Mary was engaged to Joseph. She was an ordinary girl looking forward to marriage and a normal life, but the angel’s visit changed her life forever.  Mary was afraid and troubled by Gabriel. She never expected the incredible news she would have a child or that her son would be the Messiah. Although she couldn’t comprehend how she would conceive the Savior, she responded to God with belief and obedience.

Although it was a huge honor to be chosen by God, her calling would demand great suffering.  Just as there is pain in childbirth and motherhood, there would be much pain in the privilege of being the mother of the Messiah.  Mary was a willing servant. She trusted God and she obeyed His call.

The angel told Mary in Luke 1:28 that she was highly favored by God. This means Mary was given a large portion of grace or "undeserved favor" from God. Even with God's favor, Mary would still suffer much. Though she has come to be  highly honored as the mother of the Savior, she would first know disgrace as an unwed mother.  She almost lost her fiancĂ©.  Risked being stoned to death (the penalty for pregnancy out of wedlock in her time).  Her precious child would grow up to be rejected and cruelly murdered.  Mary's submission to God's plan would cost her dearly, but she was willing to be God's servant.  Mary was a woman of rare faith and obedience.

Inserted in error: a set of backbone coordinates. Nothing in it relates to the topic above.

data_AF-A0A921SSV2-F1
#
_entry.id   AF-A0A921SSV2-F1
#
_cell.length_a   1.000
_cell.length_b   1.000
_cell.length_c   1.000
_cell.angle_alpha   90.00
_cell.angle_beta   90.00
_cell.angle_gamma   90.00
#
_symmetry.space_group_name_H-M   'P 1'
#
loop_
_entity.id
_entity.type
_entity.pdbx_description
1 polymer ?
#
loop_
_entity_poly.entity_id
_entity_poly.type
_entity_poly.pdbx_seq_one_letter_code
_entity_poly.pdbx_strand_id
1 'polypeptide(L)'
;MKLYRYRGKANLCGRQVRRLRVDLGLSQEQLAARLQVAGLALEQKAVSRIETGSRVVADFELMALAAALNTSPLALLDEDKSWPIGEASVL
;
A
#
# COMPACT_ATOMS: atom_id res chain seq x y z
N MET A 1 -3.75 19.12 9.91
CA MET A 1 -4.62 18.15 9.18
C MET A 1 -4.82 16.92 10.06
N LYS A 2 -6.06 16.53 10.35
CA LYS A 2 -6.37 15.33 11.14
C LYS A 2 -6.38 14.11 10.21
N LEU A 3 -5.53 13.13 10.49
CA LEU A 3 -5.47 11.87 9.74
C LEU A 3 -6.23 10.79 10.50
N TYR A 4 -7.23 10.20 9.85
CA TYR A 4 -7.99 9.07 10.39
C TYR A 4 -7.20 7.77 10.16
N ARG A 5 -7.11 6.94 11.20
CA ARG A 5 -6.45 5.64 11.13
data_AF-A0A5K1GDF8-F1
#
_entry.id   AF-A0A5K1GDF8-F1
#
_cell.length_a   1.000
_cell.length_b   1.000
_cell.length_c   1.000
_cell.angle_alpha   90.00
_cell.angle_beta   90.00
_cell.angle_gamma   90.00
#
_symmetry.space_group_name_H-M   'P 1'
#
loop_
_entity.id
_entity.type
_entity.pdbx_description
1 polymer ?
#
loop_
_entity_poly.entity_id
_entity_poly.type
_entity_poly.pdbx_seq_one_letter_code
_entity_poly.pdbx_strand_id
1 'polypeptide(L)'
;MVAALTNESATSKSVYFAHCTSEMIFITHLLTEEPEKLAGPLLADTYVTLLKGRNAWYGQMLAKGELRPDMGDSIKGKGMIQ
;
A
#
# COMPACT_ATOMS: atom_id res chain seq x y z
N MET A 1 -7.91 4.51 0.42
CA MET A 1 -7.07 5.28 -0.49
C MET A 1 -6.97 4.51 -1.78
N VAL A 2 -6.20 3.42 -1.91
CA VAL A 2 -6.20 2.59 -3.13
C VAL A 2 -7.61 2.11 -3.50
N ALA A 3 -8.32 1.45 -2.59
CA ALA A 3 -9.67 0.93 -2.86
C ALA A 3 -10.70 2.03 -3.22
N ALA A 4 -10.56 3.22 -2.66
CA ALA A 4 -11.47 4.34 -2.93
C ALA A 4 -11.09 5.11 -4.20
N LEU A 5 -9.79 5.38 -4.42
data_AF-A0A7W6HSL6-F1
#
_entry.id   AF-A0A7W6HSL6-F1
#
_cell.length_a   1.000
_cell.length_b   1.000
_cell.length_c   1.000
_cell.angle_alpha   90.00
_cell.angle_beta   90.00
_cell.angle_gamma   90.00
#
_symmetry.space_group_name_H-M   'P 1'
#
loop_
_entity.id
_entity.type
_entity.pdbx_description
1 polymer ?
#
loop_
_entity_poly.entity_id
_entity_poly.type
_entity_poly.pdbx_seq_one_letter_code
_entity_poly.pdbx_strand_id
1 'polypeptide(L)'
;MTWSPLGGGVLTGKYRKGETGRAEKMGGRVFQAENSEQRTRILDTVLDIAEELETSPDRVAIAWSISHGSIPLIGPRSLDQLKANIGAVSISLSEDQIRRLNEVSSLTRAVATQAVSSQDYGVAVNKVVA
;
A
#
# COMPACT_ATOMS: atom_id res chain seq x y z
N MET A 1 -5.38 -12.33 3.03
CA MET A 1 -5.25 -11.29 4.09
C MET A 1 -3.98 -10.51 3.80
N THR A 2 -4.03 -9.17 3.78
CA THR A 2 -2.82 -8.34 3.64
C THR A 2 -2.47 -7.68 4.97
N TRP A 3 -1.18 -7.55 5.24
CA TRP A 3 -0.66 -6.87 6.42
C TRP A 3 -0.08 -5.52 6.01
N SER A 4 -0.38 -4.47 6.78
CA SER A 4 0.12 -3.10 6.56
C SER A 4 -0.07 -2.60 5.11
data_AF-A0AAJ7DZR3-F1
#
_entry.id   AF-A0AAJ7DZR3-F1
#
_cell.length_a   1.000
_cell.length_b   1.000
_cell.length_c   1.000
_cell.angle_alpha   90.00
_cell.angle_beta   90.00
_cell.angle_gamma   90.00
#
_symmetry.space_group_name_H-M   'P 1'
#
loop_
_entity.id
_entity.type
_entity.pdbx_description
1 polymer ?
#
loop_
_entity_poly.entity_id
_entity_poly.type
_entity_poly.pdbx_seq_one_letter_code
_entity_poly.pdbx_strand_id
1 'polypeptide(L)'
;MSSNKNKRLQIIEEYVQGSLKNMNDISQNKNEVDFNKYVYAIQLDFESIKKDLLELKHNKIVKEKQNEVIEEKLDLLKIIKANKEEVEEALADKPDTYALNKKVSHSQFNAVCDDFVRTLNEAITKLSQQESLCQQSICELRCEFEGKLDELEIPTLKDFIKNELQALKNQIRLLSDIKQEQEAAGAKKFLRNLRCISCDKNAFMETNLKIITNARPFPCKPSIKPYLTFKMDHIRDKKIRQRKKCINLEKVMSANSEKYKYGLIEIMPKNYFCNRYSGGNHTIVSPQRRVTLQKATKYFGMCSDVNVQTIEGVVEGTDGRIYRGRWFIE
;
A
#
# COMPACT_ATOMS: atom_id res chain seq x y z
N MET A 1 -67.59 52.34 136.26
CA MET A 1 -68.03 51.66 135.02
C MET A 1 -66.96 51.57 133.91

Misunderstandings
We are deeply in debt to Mary.  Her willing obedience to God brought the Savior into our world.  It's no wonder that people for thousands of years have sought to honor Mary, the mother of the Messiah.  Unfortunately, there is something in human nature that leads people to idolize and worship those we especially admire. 

Some venerate Mary as divine.  They even say Mary—like Jesus—never sinned (a doctrine known as The Immaculate Conception).  The Bible never says Mary was without sin.  To the contrary, the Bible tells us in Romans 3:23, “All have sinned and fallen short of God’s glory.”  Every person who ever lived has sinned at some point—including Mary.  Furthermore, we see that Mary struggled to understand Jesus’ ministry just like his Disciples.  At one point in the Gospels, Mary shows up along with her other sons and attempts to take Jesus home with her because they thought he was crazy (Mark 3:21, 31).  She didn't understand.  You seen, Mary was not perfect.  She was a sinner in need of God’s grace and salvation just like you and me.  2 Corinthians 5:21 says, “For God made Christ, who never sinned, to be the offering for our sin, so that we could be made right with God through Christ.”  It is through Jesus Christ that Mary is saved—just like you and me.